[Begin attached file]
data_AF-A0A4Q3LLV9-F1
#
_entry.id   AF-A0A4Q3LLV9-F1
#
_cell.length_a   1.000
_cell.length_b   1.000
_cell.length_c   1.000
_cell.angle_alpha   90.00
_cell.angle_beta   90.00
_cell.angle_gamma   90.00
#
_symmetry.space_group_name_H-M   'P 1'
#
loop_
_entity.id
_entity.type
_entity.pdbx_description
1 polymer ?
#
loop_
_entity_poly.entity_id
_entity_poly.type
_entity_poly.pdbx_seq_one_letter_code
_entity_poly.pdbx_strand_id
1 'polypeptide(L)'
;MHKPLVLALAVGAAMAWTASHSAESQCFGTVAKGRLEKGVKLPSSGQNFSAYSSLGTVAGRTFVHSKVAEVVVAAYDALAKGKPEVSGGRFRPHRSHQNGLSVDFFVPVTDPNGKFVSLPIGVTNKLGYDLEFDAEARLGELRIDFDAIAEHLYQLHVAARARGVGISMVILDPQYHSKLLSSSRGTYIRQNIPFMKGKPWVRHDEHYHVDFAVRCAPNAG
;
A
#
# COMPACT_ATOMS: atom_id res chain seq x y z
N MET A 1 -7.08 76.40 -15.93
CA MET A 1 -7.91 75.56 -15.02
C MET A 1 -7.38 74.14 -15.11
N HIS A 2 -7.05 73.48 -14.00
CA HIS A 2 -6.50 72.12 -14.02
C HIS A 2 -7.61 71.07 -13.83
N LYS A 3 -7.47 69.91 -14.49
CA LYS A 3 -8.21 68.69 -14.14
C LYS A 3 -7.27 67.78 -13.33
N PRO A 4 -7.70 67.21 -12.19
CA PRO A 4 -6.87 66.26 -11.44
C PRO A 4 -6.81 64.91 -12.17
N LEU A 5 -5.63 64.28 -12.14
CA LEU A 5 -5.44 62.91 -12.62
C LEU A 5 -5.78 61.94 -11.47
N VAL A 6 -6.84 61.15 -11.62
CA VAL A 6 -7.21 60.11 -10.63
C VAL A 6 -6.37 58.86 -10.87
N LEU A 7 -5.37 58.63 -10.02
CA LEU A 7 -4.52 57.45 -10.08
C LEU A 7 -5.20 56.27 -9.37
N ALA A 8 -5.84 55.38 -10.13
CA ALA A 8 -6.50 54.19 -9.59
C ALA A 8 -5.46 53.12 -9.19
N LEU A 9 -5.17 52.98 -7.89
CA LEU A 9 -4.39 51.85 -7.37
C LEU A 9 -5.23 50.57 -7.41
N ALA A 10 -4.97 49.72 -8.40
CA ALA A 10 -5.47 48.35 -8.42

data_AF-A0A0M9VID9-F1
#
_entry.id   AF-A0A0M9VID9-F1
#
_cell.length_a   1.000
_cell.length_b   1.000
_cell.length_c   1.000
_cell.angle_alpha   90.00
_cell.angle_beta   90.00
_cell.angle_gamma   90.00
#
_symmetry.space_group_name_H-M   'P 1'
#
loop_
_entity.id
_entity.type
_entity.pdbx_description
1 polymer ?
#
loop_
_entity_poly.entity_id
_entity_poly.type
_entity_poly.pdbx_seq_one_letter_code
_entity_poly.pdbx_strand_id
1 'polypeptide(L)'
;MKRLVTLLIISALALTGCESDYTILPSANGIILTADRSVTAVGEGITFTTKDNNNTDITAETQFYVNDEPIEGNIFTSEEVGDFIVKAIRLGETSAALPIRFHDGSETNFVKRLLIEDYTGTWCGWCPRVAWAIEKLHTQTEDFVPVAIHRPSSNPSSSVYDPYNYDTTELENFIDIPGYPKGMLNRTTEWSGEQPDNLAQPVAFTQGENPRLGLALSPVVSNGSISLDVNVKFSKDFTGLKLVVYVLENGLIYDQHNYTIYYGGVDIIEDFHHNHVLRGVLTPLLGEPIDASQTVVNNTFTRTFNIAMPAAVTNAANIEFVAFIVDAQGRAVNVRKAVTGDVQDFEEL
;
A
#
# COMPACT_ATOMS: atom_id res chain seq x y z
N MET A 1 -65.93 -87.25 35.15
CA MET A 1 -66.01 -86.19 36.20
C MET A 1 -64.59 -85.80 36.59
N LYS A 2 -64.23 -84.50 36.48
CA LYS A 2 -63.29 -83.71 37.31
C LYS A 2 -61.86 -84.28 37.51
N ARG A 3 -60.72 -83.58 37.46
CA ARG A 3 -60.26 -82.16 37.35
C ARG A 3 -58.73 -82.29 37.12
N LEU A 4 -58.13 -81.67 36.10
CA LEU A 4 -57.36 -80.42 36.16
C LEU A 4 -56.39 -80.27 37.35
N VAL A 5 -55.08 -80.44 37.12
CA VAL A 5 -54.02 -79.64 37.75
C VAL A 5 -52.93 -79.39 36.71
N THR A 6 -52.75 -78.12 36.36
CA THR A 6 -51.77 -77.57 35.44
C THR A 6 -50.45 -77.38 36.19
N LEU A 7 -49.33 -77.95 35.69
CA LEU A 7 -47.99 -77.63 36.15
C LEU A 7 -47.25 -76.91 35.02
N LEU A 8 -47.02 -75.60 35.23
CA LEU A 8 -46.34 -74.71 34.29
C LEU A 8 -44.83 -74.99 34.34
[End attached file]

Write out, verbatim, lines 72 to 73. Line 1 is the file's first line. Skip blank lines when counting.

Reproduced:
#
loop_